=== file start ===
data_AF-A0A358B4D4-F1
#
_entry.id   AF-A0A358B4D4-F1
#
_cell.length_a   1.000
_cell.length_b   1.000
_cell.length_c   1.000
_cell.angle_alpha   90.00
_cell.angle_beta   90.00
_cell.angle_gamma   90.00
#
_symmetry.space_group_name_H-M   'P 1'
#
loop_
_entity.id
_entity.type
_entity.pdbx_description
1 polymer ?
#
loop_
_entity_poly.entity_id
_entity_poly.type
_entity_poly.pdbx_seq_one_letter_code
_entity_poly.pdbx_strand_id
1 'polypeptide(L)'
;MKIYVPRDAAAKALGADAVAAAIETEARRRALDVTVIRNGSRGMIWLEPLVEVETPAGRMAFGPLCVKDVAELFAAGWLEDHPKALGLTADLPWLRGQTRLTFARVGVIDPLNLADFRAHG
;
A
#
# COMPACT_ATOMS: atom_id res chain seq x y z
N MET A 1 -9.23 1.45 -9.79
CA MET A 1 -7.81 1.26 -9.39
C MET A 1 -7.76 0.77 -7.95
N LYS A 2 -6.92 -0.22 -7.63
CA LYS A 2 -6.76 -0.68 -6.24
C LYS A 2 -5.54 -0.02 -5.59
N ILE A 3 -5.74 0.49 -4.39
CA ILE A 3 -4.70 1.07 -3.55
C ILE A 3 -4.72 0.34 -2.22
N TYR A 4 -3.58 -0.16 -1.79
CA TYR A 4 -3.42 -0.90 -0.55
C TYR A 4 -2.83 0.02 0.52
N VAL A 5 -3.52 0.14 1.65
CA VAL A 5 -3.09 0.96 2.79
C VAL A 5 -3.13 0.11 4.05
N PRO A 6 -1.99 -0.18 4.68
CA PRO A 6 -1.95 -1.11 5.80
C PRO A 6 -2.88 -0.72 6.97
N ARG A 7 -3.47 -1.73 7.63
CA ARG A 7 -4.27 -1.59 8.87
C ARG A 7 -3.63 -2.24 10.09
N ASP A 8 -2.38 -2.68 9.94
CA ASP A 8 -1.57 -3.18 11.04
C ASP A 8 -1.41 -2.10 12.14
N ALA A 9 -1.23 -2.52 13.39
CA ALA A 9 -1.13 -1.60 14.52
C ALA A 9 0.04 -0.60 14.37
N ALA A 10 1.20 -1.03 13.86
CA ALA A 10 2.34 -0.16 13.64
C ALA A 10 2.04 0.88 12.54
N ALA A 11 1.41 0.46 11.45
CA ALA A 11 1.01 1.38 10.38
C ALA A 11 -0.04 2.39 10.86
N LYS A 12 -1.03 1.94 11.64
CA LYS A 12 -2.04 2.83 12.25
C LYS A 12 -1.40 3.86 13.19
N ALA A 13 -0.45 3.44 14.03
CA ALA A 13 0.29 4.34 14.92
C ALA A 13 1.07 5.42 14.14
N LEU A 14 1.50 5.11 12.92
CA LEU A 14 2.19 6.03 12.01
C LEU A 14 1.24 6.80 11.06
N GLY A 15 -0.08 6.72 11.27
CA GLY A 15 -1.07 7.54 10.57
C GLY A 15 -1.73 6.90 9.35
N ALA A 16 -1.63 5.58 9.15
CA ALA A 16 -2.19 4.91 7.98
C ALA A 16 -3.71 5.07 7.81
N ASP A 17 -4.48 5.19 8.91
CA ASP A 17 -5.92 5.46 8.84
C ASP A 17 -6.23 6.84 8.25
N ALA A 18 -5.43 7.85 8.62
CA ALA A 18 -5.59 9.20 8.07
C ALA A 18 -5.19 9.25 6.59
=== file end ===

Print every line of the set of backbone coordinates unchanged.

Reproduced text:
data_AF-A0A358B4D4-F1
#
_entry.id   AF-A0A358B4D4-F1
#
_cell.length_a   1.000
_cell.length_b   1.000
_cell.length_c   1.000
_cell.angle_alpha   90.00
_cell.angle_beta   90.00
_cell.angle_gamma   90.00
#
_symmetry.space_group_name_H-M   'P 1'
#
loop_
_entity.id
_entity.type
_entity.pdbx_description
1 polymer ?
#
loop_
_entity_poly.entity_id
_entity_poly.type
_entity_poly.pdbx_seq_one_letter_code
_entity_poly.pdbx_strand_id
1 'polypeptide(L)'
;MKIYVPRDAAAKALGADAVAAAIETEARRRALDVTVIRNGSRGMIWLEPLVEVETPAGRMAFGPLCVKDVAELFAAGWLEDHPKALGLTADLPWLRGQTRLTFARVGVIDPLNLADFRAHG
;
A
#
# COMPACT_ATOMS: atom_id res chain seq x y z
N MET A 1 -9.23 1.45 -9.79
CA MET A 1 -7.81 1.26 -9.39
C MET A 1 -7.76 0.77 -7.95
N LYS A 2 -6.92 -0.22 -7.63
CA LYS A 2 -6.76 -0.68 -6.24
C LYS A 2 -5.54 -0.02 -5.59
N ILE A 3 -5.74 0.49 -4.39
CA ILE A 3 -4.70 1.07 -3.55
C ILE A 3 -4.72 0.34 -2.22
N TYR A 4 -3.58 -0.16 -1.79
CA TYR A 4 -3.42 -0.90 -0.55
C TYR A 4 -2.83 0.02 0.52
N VAL A 5 -3.52 0.14 1.65
CA VAL A 5 -3.09 0.96 2.79
C VAL A 5 -3.13 0.11 4.05
N PRO A 6 -1.99 -0.18 4.68
CA PRO A 6 -1.95 -1.11 5.80
C PRO A 6 -2.88 -0.72 6.97
N ARG A 7 -3.47 -1.73 7.63
CA ARG A 7 -4.27 -1.59 8.87
C ARG A 7 -3.63 -2.24 10.09
N ASP A 8 -2.38 -2.68 9.94
CA ASP A 8 -1.57 -3.18 11.04
C ASP A 8 -1.41 -2.10 12.14
N ALA A 9 -1.23 -2.52 13.39
CA ALA A 9 -1.13 -1.60 14.52
C ALA A 9 0.04 -0.60 14.37
N ALA A 10 1.20 -1.03 13.86
CA ALA A 10 2.34 -0.16 13.64
C ALA A 10 2.04 0.88 12.54
N ALA A 11 1.41 0.46 11.45
CA ALA A 11 1.01 1.38 10.38
C ALA A 11 -0.04 2.39 10.86
N LYS A 12 -1.03 1.94 11.64
CA LYS A 12 -2.04 2.83 12.25
C LYS A 12 -1.40 3.86 13.19
N ALA A 13 -0.45 3.44 14.03
CA ALA A 13 0.29 4.34 14.92
C ALA A 13 1.07 5.42 14.14
N LEU A 14 1.50 5.11 12.92
CA LEU A 14 2.19 6.03 12.01
C LEU A 14 1.24 6.80 11.06
N GLY A 15 -0.08 6.72 11.27
CA GLY A 15 -1.07 7.54 10.57
C GLY A 15 -1.73 6.90 9.35
N ALA A 16 -1.63 5.58 9.15
CA ALA A 16 -2.19 4.91 7.98
C ALA A 16 -3.71 5.07 7.81
N ASP A 17 -4.48 5.19 8.91
CA ASP A 17 -5.92 5.46 8.84
C ASP A 17 -6.23 6.84 8.25
N ALA A 18 -5.43 7.85 8.62
CA ALA A 18 -5.59 9.20 8.07
C ALA A 18 -5.19 9.25 6.59